5 Tips for Model Poses During a Photo Shoot
- Use the profile and 3/4 angles to create a bit of extra depth. With sharp lighting, a more angled look will really jump out and show the correct shape of you and the outfit you are being photographed in.
- When changing the direction of your head, don’t lock your eyes to the camera, instead let them move with your head to keep a bit of candidness in the look. If you are looking towards the camera, look past the camera. In some cases, this makes for a bit more thoughtful of a look. Some looks will definitely have you looking intensely into the camera, but be fluid and change it up. Your photographer should be directing you, so if you go too far, they can help balance things out.
- Movement. Keep your poses fluid, unless you know precisely what look you are going for, keep a little bit of fluidity in yourself and move around slightly every few seconds to change things up. Try to avoid drastic movements, but turning your head, raising/lowering your chin, moving your arms slightly. This will help keep things fresh.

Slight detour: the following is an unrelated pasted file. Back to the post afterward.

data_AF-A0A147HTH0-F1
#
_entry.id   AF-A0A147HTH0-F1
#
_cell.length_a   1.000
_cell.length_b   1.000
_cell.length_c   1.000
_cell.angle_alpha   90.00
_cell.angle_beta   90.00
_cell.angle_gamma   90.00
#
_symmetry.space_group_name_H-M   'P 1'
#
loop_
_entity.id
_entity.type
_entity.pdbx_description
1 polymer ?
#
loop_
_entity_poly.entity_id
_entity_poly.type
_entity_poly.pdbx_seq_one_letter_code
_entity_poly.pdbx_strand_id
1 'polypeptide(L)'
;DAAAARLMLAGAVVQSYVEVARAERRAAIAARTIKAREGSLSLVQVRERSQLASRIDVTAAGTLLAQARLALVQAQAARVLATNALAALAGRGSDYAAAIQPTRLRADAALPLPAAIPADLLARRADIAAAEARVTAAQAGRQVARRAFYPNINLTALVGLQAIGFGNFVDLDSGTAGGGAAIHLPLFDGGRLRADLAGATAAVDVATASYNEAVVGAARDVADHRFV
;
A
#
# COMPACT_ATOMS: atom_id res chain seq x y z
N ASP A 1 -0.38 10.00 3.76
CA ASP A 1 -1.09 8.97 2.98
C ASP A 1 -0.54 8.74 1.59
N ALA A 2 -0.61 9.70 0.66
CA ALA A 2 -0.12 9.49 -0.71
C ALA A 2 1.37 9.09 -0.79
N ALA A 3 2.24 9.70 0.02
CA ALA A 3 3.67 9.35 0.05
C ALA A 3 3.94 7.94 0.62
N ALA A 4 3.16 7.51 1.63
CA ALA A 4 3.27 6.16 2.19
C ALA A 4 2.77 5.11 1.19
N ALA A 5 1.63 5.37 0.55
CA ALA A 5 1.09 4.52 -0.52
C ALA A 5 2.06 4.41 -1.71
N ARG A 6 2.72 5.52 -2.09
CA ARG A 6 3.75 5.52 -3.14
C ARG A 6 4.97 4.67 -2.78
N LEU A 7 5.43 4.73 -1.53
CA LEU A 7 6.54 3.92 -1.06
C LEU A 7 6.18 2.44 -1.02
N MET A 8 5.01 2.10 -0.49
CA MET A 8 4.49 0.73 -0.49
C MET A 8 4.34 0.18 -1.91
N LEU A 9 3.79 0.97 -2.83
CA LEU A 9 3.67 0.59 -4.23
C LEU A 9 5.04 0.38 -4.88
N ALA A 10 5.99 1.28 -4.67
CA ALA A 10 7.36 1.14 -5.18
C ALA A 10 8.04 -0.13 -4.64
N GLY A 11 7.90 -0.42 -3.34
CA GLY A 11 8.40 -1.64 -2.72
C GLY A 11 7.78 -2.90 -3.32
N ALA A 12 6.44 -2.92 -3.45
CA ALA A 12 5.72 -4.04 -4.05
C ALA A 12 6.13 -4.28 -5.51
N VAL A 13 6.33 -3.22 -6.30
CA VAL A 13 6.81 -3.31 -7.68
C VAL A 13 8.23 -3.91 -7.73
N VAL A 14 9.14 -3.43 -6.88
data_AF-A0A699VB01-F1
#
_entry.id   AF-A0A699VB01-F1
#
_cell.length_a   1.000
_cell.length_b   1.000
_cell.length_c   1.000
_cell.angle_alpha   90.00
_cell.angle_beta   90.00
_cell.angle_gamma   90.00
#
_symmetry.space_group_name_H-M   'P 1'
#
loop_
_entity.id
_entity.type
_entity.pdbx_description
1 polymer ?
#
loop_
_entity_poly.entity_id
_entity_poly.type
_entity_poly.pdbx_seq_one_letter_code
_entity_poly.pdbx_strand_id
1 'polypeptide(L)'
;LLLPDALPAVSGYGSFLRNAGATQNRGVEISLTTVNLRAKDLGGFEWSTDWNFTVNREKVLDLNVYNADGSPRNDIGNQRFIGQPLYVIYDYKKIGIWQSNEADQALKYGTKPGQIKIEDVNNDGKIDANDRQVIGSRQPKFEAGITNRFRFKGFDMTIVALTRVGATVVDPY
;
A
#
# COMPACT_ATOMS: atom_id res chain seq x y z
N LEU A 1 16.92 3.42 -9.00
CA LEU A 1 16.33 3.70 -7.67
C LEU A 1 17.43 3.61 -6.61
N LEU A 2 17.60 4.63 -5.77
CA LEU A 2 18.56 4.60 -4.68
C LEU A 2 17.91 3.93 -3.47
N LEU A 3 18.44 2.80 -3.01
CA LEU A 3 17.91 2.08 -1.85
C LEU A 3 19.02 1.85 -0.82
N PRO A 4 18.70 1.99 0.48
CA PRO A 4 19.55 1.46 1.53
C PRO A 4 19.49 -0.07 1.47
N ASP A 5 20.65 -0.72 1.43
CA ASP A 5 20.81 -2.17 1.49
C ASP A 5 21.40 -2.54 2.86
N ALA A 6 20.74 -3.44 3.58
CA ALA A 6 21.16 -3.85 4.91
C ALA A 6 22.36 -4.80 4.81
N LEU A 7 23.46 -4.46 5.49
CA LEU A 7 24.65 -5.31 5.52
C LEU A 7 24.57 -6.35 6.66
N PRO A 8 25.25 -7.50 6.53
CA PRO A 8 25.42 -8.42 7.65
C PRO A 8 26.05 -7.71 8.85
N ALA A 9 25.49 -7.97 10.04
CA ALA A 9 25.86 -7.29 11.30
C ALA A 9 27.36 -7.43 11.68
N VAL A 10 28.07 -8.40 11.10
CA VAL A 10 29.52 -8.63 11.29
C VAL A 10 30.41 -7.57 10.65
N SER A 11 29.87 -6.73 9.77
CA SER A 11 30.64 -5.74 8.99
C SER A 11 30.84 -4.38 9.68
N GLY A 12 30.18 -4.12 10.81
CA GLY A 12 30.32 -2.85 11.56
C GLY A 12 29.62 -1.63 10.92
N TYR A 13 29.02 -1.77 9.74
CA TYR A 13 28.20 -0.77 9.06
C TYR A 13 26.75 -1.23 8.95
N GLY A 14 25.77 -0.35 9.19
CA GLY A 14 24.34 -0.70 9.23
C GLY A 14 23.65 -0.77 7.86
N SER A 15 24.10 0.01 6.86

- Keep your arms and legs angled a bit. Think triangles. Making triangles with your body will keep things creative and allow for nicer compositions. There are some cases when keeping everything straight is necessary, but most times, a little bit of a bend here and there will help tie things together.
- With that said, keep your hands closed, pleasant and straightforward. No balled up fists or spreading things out, try to keep your fingers close to one another.
13 Different Model Poses for Photoshoots
Standing will work with just about every female pose and has the most versatility as anywhere you go, you can stand up and have a bit of flexibility.
Facing the Camera
One of the most essential things a model will do is face toward a camera. Whether it’s for NYC headshots or advertisement, you should know the best way to position your head and shoulders, a squared up straight on shot tends to be boring, try letting your weight fall to one side or the other to give your shoulders and head a little lean and tilt.